Step 2: Back to the pressure...

Water rockets use air pressure to throw the water out of the rocket, but it doesn't have to be air. Alka-Seltzer (or 'A-S') rockets use gas pressure to throw water out the back, like the water-rocket, but you don't need so much equipment, so much effort, or even so much preparation. The easiest way to find out what we're talking about is to try it. Time for another experiment.

Take an 'Alka-Seltzer' tablet (or any other indigestion remedy with the word 'effervescent' on the packet) and drop it in water. See the fizz? That is carbon dioxide gas (CO2). The gas is produced by a chemical reaction between the solid ingredients of the tablet. Notice how the froth is a lot bigger than the original tablet? If we can trap this large volume of gas, we can create enough pressure to power a rocket.

Time to Build Another Rocket.

As with any experiment involving chemicals or fast-moving parts, safety must be observed. A-S rockets can be fast, so wear safety goggles, which also serve to prevent chemicals being splashed in the eyes. If you know you have an adverse reaction to aspirin (an ingredient of Alka-Seltzer), you should take extra care, or even avoid doing this experiment all together.

These rockets need some, ahem, highly technical equipment:

An Alka-seltzer tablet
A 35mm film canister
Some water

That's it. Really. The rocket is finished. There's nothing else to do except...

Launching the A-S Rocket

A-S rockets are best launched outdoors, as they can go higher than a typical ceiling, but if you have access to a large room with an easily-dried floor (school science lab, church hall, warehouse, etc) then go for it.

Launching an A-S rocket takes quick, nimble fingers. Put a small amount of water in the film canister (about a teaspoon full is a good start). Snap the tablet into four quarters, put on your goggles and get ready for the speedy bit:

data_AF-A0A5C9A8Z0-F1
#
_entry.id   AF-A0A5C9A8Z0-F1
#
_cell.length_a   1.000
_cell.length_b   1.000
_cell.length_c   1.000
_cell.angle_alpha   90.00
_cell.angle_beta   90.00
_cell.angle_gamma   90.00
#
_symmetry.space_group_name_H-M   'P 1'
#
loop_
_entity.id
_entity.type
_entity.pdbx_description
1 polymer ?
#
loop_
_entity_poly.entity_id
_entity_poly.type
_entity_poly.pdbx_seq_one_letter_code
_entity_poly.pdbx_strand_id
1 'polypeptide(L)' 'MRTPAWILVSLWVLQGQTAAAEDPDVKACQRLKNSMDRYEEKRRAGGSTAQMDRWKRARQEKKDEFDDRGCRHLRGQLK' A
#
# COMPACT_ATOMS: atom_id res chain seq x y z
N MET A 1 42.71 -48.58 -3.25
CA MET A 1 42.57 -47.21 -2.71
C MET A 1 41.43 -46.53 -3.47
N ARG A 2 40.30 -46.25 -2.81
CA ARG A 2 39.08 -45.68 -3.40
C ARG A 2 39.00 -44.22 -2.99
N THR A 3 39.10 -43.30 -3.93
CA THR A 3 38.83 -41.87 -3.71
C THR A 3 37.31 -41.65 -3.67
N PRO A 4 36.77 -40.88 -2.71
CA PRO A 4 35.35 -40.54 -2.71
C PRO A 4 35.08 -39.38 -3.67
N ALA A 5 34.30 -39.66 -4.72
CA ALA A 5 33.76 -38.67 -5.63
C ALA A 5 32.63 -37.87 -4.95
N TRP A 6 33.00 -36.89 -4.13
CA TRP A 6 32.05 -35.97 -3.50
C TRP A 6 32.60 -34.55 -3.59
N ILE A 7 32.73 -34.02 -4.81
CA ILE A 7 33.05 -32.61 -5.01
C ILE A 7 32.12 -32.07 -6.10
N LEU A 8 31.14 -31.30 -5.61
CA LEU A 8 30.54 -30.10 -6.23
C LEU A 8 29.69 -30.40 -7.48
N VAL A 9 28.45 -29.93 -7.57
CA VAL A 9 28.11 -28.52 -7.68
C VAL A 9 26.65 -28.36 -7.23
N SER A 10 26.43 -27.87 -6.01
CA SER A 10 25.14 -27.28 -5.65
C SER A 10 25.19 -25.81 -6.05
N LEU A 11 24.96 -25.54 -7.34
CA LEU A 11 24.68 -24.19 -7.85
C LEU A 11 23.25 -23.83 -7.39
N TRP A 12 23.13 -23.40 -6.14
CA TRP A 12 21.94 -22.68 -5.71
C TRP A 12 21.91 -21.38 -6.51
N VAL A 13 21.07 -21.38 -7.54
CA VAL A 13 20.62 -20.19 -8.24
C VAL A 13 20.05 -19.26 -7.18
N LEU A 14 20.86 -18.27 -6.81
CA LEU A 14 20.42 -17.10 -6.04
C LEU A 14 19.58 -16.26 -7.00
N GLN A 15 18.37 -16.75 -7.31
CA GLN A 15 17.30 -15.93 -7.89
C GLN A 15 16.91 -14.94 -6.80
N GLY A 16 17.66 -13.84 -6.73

Drop-the-tablet-in-the-water, put-the-lid-on-quickly, stand-the-canister-upside-down-on-a-surface-that-doesn't-mind-getting-wet and-stand-back.

The ingredients on the A-S tablet dissolve in the water, and the fizzing starts. CO2 is being generated and the pressure is rising inside the canister. Don't lean over it, because very soon the pressure will be great enough to throw the lid off and the water out backwards, sending the body of the canister flying upwards. There will also be a certain amount of splashing, so don't stand too close!

Alka-Seltzer Rocket Recovery

Now that it's empty, the canister is very light, so it doesn't need a parachute, and won't do any damage on the way down. Watch carefully as it falls, just in case a gust of wind carries it away.


> A-S rockets can become the heart of a lot of 'proper' Science:

> What are the ideal quantities of water and tablet to add?

> Will other combinations of chemicals yield the same effect (baking soda and vinegar?)

> Can streamlining improve the tumbling flight of the canister?

> Will other containers act as rockets as well? What about a fizzy pop bottle with a cork in?
What do they call Boy Scout of America across the pond or is it just Boy Scouts or just Scouts
Here, in the birth-place of Scouting, we just call it "Scouting" (since girls are allowed to join as well).
here in the dirty usa girls arent allowed to play with the boys at all. they formed thier own gruop starting with brownies ofall the food gruops to go with!!
<p>BSA actualy started a group called Venture scouting the is CO-ed </p><p><a href="http://www.scouting.org/scoutsource/Venturing.aspx" rel="nofollow">http://www.scouting.org/scoutsource/Venturing.aspx</a></p><p>link provided in case you have or know girls that are interested.</p>
We have those as well: <br> <br>Rainbows &gt; Brownies &gt; Guides
A bit advanced one is trying with a KNO3 fertiliser(or stump clearer) and mixing it with table sugar. The ratio is 35:65. But Beware! a small problem is enough to burn a paddy field.